Sometimes an apparent gimmick turns out not to be one at all. That is the case with the Bartók quartet cycle by the Chiara String Quartet, which is called “Bartók by Heart” and makes much of the fact that the performers play the six quartets from memory. This is no doubt an impressive thing to see in concert, and indeed the recording follows a series of performances in which the Chiara String Quartet played the cycle without recourse to the sheet music. On an audio recording, however, the presence or absence of the score is undetectable and quite irrelevant: the readings stand or fall entirely on the basis of how they sound, not on the basis of how the performers look when offering them. What is interesting about these mostly excellent performances, though, is that the memorization routine really does seem to have freed up the four musicians to focus on the music’s communicative side, its inner as well as external structure, its reaching-out to the audience through the medium of the performers. This is a particularly close-knit ensemble in the first place – the second violinist and cellist are married – but the closeness does seem to rise to unusual heights in these recordings. Bartók demands more than mere attentiveness from string players: he requires bowing on the fingerboard, on the bridge, with martellato strokes, with delicacy at one moment and col legno playing at another. The six quartets are thus a tour de force of string techniques as well as musical communication with the audience, and these highly assured performances impress from both standpoints. Among the especially effective moments here are the third movement of the first quartet, which is based on a simple folk song called “Fly Peacock Fly” but displays the music with all the colors of a peacock’s tail; the opening of the second quartet, which starts in Brahmsian mode but rapidly becomes fragmented and dissonant, as well as the work’s second movement, which is energetic to the point of abandon; the overall sense of control in the third and shortest quartet; the grotesque effects of the fourth quartet, especially its cluster chords; the blazing finale of the fifth quartet; and the overall peculiarity of the sixth quartet, from its strange viola opening to its odd harmonics and its four movements all marked Mesto. Almost everything in the Chiara String Quartet’s Bartók cycle is convincing and truly seems to come from the heart – but not quite everything. Some of the tempos here are almost too quick – this works in transforming the opening of the second quartet, for example, but not always – and the players seem more comfortable, all in all, with forte than with piano. That is, a number of sections move from forte to fortissimo even though Bartók called for piano, then forte. The opening of the third quartet, for instance, is scarcely pianissimo here, and the start of the fifth quartet’s central Scherzo sounds overdone and is not really piano. But these are details and very definitely matters of interpretation and individual taste. The overall impression of this cycle is one of unity among the four players, a genuinely concerted effort to bring these often difficult-to-hear (as well as difficult-to-play) pieces to audiences with all the emotional complexity that Bartók put into them. These performances are indeed by heart, but that is a technical matter only. More importantly, they are from the heart, and that is what makes them so winning.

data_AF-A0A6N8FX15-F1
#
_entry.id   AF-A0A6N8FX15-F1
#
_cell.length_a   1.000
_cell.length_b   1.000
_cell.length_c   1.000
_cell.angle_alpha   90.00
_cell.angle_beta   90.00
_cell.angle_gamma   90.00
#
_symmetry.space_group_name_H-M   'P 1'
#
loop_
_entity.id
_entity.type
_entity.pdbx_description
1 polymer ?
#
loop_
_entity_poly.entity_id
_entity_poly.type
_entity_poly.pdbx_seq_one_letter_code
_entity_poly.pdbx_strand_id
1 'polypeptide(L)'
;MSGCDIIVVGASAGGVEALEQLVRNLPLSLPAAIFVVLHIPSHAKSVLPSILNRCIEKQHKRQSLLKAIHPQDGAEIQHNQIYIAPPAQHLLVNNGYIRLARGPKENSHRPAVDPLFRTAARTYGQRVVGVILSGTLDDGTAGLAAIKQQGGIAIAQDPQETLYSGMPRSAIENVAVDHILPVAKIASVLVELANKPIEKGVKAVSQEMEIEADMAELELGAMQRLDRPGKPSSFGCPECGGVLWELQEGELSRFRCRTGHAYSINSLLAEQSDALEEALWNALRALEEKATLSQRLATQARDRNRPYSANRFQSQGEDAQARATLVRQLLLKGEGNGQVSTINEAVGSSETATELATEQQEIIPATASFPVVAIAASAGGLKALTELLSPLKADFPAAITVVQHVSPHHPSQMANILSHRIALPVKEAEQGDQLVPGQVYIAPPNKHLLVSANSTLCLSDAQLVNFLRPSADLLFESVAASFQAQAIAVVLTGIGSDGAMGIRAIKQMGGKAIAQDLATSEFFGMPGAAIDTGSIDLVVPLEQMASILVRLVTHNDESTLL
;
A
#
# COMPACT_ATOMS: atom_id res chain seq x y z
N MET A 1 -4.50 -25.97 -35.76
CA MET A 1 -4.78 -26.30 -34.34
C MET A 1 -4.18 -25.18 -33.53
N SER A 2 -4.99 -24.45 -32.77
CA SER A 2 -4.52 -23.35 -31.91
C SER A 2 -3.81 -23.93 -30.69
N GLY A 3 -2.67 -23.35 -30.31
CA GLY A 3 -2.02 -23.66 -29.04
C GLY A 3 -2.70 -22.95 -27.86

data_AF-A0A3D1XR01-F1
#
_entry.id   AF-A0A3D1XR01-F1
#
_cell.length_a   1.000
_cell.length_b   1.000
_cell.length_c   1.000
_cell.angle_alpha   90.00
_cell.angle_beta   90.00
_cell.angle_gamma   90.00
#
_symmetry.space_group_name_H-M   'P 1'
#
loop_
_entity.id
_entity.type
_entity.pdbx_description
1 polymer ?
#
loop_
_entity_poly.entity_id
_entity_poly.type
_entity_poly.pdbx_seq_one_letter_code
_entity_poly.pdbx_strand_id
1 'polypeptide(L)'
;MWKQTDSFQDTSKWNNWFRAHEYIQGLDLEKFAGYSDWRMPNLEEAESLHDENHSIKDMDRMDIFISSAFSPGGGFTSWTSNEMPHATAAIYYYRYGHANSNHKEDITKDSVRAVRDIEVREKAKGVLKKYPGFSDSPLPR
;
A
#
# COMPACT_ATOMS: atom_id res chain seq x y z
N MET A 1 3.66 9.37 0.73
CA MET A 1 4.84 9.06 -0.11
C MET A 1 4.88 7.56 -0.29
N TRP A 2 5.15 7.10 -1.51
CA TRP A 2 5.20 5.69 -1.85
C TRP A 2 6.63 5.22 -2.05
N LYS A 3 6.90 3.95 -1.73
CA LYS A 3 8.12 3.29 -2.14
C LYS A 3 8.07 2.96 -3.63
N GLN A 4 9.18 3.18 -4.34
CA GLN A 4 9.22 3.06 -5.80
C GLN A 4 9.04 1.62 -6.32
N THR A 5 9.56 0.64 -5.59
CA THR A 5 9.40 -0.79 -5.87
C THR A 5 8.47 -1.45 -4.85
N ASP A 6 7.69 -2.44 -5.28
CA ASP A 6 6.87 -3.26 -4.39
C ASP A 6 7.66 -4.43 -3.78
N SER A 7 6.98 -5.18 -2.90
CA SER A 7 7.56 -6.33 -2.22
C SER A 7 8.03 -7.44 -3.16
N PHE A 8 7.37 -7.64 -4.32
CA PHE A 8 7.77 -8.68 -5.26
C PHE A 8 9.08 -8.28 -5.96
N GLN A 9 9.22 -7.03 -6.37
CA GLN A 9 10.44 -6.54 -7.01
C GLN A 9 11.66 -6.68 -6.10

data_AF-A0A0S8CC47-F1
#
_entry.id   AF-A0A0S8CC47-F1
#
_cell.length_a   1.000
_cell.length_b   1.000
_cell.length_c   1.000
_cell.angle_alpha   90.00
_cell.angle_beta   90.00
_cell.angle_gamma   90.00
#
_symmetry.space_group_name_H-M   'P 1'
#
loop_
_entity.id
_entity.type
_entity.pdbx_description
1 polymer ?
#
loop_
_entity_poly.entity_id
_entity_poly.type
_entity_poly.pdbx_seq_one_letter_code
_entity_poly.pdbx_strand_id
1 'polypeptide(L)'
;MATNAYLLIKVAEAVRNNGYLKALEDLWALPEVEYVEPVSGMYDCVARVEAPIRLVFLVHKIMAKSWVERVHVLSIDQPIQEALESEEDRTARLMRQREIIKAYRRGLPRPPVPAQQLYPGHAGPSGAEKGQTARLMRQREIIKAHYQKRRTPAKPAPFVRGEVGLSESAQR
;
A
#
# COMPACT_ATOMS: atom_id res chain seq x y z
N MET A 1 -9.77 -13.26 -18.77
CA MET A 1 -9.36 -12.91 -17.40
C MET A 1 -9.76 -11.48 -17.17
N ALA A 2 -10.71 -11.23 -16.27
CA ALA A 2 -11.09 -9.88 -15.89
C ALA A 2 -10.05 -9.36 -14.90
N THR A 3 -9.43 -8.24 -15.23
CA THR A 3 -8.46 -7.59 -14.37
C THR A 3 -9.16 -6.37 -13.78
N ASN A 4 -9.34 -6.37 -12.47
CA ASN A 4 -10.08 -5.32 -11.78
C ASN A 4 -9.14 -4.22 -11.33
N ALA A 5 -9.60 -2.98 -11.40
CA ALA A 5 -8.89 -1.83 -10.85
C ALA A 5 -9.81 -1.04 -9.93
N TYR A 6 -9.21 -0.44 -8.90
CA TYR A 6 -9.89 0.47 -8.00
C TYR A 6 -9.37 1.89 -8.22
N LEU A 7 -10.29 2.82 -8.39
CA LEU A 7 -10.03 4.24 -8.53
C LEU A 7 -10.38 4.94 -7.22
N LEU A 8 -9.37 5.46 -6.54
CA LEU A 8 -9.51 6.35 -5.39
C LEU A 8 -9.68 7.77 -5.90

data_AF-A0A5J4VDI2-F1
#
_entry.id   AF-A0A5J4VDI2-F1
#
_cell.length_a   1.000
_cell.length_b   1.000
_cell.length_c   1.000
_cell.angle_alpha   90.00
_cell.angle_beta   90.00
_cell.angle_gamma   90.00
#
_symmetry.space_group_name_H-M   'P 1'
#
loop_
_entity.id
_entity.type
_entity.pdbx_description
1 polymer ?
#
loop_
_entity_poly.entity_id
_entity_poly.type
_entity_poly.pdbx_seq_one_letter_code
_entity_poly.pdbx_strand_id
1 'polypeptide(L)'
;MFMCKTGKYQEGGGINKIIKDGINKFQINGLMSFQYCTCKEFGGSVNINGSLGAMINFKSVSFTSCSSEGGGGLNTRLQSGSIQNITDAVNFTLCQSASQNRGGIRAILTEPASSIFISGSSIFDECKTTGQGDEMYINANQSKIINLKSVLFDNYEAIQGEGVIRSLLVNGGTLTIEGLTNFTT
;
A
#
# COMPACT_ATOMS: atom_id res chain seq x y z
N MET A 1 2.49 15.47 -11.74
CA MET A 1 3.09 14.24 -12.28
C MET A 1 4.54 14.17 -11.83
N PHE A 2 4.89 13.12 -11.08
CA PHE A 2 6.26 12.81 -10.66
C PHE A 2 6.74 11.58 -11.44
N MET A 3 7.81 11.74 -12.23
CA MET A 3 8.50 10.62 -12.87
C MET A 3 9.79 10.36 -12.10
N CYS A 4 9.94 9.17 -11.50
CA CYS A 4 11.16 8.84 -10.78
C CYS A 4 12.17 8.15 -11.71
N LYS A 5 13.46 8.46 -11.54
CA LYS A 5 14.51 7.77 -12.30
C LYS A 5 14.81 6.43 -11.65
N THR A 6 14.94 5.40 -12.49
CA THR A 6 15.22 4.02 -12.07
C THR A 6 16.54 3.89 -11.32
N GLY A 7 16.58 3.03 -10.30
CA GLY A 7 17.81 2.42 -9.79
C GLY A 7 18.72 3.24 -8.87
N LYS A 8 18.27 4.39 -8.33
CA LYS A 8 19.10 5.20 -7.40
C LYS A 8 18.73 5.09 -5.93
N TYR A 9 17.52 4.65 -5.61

Bartók’s quartets still sound very forward-looking indeed, but contemporary composers have pushed chamber music much further in the 21st century than Bartók did in the 20th. A new Navona anthology CD called Between the Echoes gives some sense of some of the ways modern composers are using small ensembles. One of the works here is actually a string quartet: Michael Lee’s Farewell… (the ellipsis is part of the title). But in contrast to Bartók’s terseness and careful organization, Lee here offers super-compression – the work lasts just six minutes – and a set of constant mood shifts that make it hard for an audience to hold onto the music long enough to respond strongly to it. This is despite a solid performance by violinists Vit Muzik and Igor Kopyt, violist Dominika Mužíková, and cellist Petr Nouzovský. A more interesting, if in some ways more conventional work is Allan Crossman’s Florébius for violin (Monica Gruber) and piano (Hillary Nordwell). The two movements here are intended to reflect the two characters through whom Schumann communicated his views on music: introverted Eusebius and outgoing Florestan. Also here is a performance by the Arcadian Winds (Vanessa Holroyd, flute; Mark Miller, clarinet; Jane Harrison, oboe; Laura Carter, French horn; Janet Underhill, bassoon) of a quintet by Daniel Burwasser called Whirlwind. The short piece – three movements in less than nine minutes – has a particularly attractive finale, which achieves some classical poise despite its modern sound. A trio called His Branches Run Over the Wall by Daniel DeVasto, performed by Sam Stapleton on violin, Emmalee Hunnicutt on cello, and Seong-Sil Kim on piano, is a single movement of about the same nine-minute length, its dreamlike qualities inspired by the biblical tale of Joseph as the pharaoh’s dream interpreter. The CD concludes with Sinking Islands by Georges Raillard, a work for solo guitar (played by David William Ross) that manages to come across as meditative without being particularly thoughtful. This (+++) CD, like most anthologies of contemporary works, seems designed primarily to appeal to existing fans of these specific composers or to listeners who simply want to sample some of the varied chamber-music works being composed in our own time.
A (+++) Ravello disc of the music of André M. Santos is even more of a “fan” production: it offers six of the composer’s chamber pieces that, individually and collectively, show Santos to have a distinctive sound that is nothing if not polarizing. Santos bends over backwards to be clever in both his titles and the construction of his music; those who think he succeeds will enjoy at least parts of the CD, while those who think he is mainly entertaining himself will find little here of interest. A Skeleton in the Closet is a trio for flute (João Vidinha), oboe (Salvador Parola), and piano (Cândido Fernandes). It comes across as mostly a series of intermittent flourishes. Word Study: Manipulation, for classical guitar (Miguel Vieira da Silva), clarinet (Sérgio Neves), and accordion (Carisa Marcelino), is supposed to portray a psychological state, and does have some nervous energy at least part of the time; a similar intent underlies a piece for solo accordion (this time played by João Barradas) that is called Insiste, persiste e não desiste! This translates as “Insist, Persist and Don’t Give Up!” – but all but the most Santos-loving listeners will quickly give up on its formulaic repetitiveness. A more-successful solo work, this one for classical guitar (da Silva again), is Fantasias, whose three movements feature some highly unusual and interesting sounds from the instrument, although the individual movements and work as a whole do go on too long. Also here is a trio for clarinet (Bruno Graça), oboe (João Miguel), and piano (Fernandes again) called Lima, intended to evoke images of the city by mixing bits of traditional Peruvian music with often-strange extensions of the instruments’ usual sounds. The CD concludes with Sounds of an Annoyed Person for marimba and vibraphone (Marco Fernandes) and electronics (handled by Santos himself). The mixture may or may not provoke annoyance in listeners – it sounds more quizzical than irritating, although it does go on and on, and the inclusion of voices asking “are you ready for this?” and saying “let’s go” and similar inanities is just plain silly. One thing this work may well lead anyone interested in chamber music to do is to contemplate the sometimes strange directions in which small-ensemble music has gone since the days of Bartók’s string quartets.